Newsnight broadcast on 2 November 2012 a report falsely accusing (but not naming) a prominent Conservative, Lord McAlpine of child abuse. The veracity of this story collapsed after The Guardian reported a case of mistaken identity on 8 November[18] and the victim retracted the allegation after belatedly being shown a photograph of McAlpine in an item broadcast on the following day. The production team had not contacted McAlpine about the allegations.[19] An apology about the story was made on 9 November during that evening's broadcast of the programme.[20] In an official statement, the BBC announced all ongoing Newsnight investigations were being suspended.[21] The Director of BBC Scotland, Ken MacQuarrie, investigated the circumstances around the programme. His findings were published on 12 November, and stated that:[22]

The BBC announced that Karen O'Connor would take on the role of Acting Editor of Newsnight.[22]

The Pollard report was published on 19 December 2012. It concluded that the decision to drop the original Newsnight report on the allegations against Savile in December 2011 was "flawed", but that it had not been done to protect the Savile tribute programmes. However, it criticised George Entwistle for apparently failing to read emails warning him of Savile's "dark side",[23] and that, after the allegations against Savile eventually became public, the BBC fell into a "level of chaos and confusion [that] was even greater than was apparent at the time".[24] The BBC announced that Newsnight editor Peter Rippon and deputy editor Liz Gibbons would be replaced.[24]

Newsnight ReviewEdit

From 2000 until December 2009, on Friday evenings Newsnight gave way at 11:00pm to Newsnight Review, a 35-minute consumer survey of the week's artistic and cultural highlights. Mark Lawson was the programme's main presenter in its Late Review incarnation, which began life as a strand of The Late Show. He continued to chair the panel of guest reviewers when it reincarnated as Newsnight Review in 2000, up until December 2005. The programme was presented by Kirsty Wark, Martha Kearney, John Wilson, Tim Marlow, Kwame Kwei-Armah and Hardeep Singh Kohli. Regular reviewers included Mark Kermode, Tom Paulin, Ekow Eshun and Germaine Greer.

As part of the BBC's commitment to moving programmes out of London, Newsnight Review finished on 18 December 2009 with a special hour-long edition. The programme was replaced by The Review Show, produced from Glasgow, which started on 22 January 2010.[25][26] It had the same producer as Newsnight Review and was still presented by Kirsty Wark and Martha Kearney.

FrivolityEdit

Traditionally, there is a short stock market update at the end of each edition. In 2005, Newsnight's then editor, Peter Barron, replaced it with a 30-second weather report, arguing that the market data was available on the internet and that a weather report would be more useful. The change provoked a flurry of complaints.

Paxman on one occasion adopted a sarcastic tone and announced: "So finally and controversially, tomorrow's weather forecast. It's a veritable smorgasbord. Sun, rain, thunder, hail, snow, cold, wind. Almost worth going to work." On other occasions: "It's April, what do you expect?" and, "Take an umbrella with you tomorrow." He claimed, nonetheless, that he was happy presenting the weather. Gavin Esler also joined in, announcing: "As for the spring, you can forget about that until further notice."[27] The programme conducted a telephone poll. Michael Fish, a former weather forecaster, was seen arguing in favour of the weather report, while Norman Lamont, a former Chancellor of the Exchequer, argued for the market update. 62% of viewers voted in favour of the markets, and the update duly returned on Monday 18 April 2005.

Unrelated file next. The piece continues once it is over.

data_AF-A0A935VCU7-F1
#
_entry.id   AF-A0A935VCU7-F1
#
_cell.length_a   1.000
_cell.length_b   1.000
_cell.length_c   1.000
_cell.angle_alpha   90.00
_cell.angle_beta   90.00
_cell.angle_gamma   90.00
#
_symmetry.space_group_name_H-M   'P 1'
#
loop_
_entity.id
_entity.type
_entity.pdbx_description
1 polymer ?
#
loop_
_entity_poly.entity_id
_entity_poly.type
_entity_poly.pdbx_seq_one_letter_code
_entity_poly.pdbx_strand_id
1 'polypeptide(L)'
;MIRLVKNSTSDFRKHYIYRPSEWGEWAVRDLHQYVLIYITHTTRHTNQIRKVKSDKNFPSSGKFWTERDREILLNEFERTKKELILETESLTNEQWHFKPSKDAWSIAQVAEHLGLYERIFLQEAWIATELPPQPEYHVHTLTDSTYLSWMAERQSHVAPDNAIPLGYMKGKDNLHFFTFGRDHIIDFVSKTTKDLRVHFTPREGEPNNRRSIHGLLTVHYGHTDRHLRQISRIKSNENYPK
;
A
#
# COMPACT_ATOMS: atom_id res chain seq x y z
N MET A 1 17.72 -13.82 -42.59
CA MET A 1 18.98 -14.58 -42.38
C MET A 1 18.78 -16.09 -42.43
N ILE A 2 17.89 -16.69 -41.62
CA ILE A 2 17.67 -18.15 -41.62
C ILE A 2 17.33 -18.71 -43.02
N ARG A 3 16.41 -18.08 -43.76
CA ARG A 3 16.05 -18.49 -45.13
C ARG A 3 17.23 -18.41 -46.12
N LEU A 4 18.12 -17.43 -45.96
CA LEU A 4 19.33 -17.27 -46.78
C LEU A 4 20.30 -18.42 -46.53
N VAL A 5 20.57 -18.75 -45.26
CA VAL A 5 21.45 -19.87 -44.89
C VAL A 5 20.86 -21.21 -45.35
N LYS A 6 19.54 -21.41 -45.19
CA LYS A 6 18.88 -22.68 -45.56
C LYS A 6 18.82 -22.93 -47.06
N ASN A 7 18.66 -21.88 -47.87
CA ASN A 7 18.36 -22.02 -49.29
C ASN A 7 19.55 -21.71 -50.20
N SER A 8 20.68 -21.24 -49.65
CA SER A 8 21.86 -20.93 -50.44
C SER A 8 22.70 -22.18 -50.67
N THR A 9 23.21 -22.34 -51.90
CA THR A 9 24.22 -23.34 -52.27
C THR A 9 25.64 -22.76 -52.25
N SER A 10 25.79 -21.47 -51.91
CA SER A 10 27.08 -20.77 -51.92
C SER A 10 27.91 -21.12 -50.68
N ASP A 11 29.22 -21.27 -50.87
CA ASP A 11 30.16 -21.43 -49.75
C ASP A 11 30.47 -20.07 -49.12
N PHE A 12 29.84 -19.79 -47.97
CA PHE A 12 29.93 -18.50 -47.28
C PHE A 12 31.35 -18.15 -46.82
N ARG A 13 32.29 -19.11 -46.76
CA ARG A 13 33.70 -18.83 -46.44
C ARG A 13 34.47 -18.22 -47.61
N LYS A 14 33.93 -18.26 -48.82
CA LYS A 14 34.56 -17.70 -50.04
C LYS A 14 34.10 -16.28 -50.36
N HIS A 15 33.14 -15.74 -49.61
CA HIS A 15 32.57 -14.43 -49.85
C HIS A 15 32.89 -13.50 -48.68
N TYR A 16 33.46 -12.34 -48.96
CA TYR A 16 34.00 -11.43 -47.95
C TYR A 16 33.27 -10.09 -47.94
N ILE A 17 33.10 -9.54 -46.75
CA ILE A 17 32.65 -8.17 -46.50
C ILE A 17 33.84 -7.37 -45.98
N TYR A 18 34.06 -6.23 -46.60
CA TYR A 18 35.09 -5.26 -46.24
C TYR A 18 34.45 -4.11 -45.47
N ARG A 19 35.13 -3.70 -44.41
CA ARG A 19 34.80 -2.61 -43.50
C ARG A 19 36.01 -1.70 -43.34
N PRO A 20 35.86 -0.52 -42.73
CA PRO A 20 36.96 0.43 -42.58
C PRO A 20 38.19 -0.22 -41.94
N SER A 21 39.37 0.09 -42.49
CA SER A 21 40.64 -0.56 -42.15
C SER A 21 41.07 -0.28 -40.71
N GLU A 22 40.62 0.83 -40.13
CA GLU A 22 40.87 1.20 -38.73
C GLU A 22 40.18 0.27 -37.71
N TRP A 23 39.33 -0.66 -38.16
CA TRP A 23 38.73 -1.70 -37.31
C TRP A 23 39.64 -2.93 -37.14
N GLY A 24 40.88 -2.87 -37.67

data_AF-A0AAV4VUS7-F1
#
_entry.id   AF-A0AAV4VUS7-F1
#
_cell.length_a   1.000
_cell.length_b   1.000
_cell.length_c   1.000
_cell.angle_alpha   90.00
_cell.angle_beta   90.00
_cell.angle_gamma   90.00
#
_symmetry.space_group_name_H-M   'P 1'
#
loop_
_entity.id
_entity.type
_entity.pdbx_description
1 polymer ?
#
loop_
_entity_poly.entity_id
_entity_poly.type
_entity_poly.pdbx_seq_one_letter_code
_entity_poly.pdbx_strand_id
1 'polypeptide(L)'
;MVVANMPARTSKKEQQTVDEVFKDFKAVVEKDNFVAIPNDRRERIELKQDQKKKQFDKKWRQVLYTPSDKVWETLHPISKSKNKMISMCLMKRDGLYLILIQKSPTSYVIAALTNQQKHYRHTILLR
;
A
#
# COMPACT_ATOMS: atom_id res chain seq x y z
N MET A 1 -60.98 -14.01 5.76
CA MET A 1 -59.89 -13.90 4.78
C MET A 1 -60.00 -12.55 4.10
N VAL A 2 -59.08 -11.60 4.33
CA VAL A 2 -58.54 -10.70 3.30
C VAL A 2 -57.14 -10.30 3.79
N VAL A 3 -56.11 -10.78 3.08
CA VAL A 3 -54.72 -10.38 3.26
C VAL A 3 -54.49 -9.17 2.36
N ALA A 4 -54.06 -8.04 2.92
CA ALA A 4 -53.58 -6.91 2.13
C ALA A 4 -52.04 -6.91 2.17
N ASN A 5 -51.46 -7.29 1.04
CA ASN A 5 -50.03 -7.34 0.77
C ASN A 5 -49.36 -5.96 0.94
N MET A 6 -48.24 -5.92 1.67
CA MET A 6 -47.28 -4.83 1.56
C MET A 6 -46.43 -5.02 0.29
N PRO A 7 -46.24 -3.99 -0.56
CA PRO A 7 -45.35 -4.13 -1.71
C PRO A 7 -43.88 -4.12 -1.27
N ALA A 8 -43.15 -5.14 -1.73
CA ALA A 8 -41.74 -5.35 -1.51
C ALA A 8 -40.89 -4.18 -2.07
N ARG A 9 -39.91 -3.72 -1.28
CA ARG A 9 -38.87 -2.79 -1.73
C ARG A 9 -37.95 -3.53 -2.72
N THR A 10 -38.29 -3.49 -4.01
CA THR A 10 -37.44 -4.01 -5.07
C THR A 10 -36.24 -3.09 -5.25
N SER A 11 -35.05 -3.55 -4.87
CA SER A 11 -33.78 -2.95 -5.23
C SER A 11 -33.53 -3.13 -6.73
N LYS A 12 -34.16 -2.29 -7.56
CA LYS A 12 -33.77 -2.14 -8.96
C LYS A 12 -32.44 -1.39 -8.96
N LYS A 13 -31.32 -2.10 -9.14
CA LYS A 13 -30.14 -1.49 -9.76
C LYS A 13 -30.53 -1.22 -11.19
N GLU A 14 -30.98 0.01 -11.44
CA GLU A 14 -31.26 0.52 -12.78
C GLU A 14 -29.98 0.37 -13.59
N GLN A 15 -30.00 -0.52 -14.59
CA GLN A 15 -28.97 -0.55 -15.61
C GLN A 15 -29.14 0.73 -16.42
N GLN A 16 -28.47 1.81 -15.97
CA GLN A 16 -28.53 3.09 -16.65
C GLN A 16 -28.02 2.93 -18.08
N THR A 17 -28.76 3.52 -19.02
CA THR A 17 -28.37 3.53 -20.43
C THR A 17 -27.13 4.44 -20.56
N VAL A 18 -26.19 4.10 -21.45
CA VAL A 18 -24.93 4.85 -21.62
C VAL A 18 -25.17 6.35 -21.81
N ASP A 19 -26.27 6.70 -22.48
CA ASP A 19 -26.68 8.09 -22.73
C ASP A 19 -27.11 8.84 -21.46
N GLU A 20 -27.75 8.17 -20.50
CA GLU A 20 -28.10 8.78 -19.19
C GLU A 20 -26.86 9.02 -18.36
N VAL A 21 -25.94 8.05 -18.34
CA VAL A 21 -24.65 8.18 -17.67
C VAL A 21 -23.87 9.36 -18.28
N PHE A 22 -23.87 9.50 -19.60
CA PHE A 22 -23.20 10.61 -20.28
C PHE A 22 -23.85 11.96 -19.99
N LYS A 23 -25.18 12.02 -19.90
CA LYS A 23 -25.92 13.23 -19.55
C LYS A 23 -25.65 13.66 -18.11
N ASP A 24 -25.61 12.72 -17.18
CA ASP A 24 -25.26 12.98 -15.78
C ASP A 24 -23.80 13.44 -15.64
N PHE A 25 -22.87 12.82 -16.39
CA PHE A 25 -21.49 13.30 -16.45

Other stunts include: for a week at the end of January 2006, Newsnight played over its closing credits the so-called Radio 4 UK Theme which was facing the axe; the edition of 24 April 2006 played out to the signature tune of the soon-to-be-axed BBC sports programme, Grandstand.

Between January and June 2006 the programme included Gordaq, a spoof stock market index measuring the political performance of Chancellor of the Exchequer Gordon Brown. The index started at 100 and moved up or down depending on Brown's political situation, finishing at 101 on 30 June 2006.

In an early day motion of 3 November 2016, as a celebration of the "Brexit" vote for UK withdrawal from the European Union, right-wing Conservative Party MP Andrew Rosindell argued for a return to the broadcasting of "God Save the Queen" at the end of BBC One transmissions each day. The practice was dropped in 1997 (ostensibly due to BBC One adopting 24-hour broadcasting by simulcasting BBC News 24 overnight, rendering closedown obsolete).[28] That evening, Newsnight ended its broadcast with Kirsty Wark saying that they were happy to accede to Rosindell's request, before playing out to the video of the Sex Pistols' punk song of the same name, much to Rosindell's discontent.[29]

International edition and other mediaEdit

Newsnight is available in the UK on BBC iPlayer for up to thirty days after broadcast. A weekly digest version of Newsnight is screened on BBC World News, focusing on "the best of the week's films and discussions."[30][31]

Newsnight has a dedicated YouTube channel[32] on which excerpts of programmes can be found.

BBC America axed its US version of Newsnight as part of a series of changes that included dropping its daily three-hour block of international news.

KCET, an independent public television station in Los Angeles, broadcasts the weekly digest version.[33]

Current presenters, editors, and correspondentsEdit

PresentersEdit

Presenter Role
Emily Maitlis Lead Presenter[34]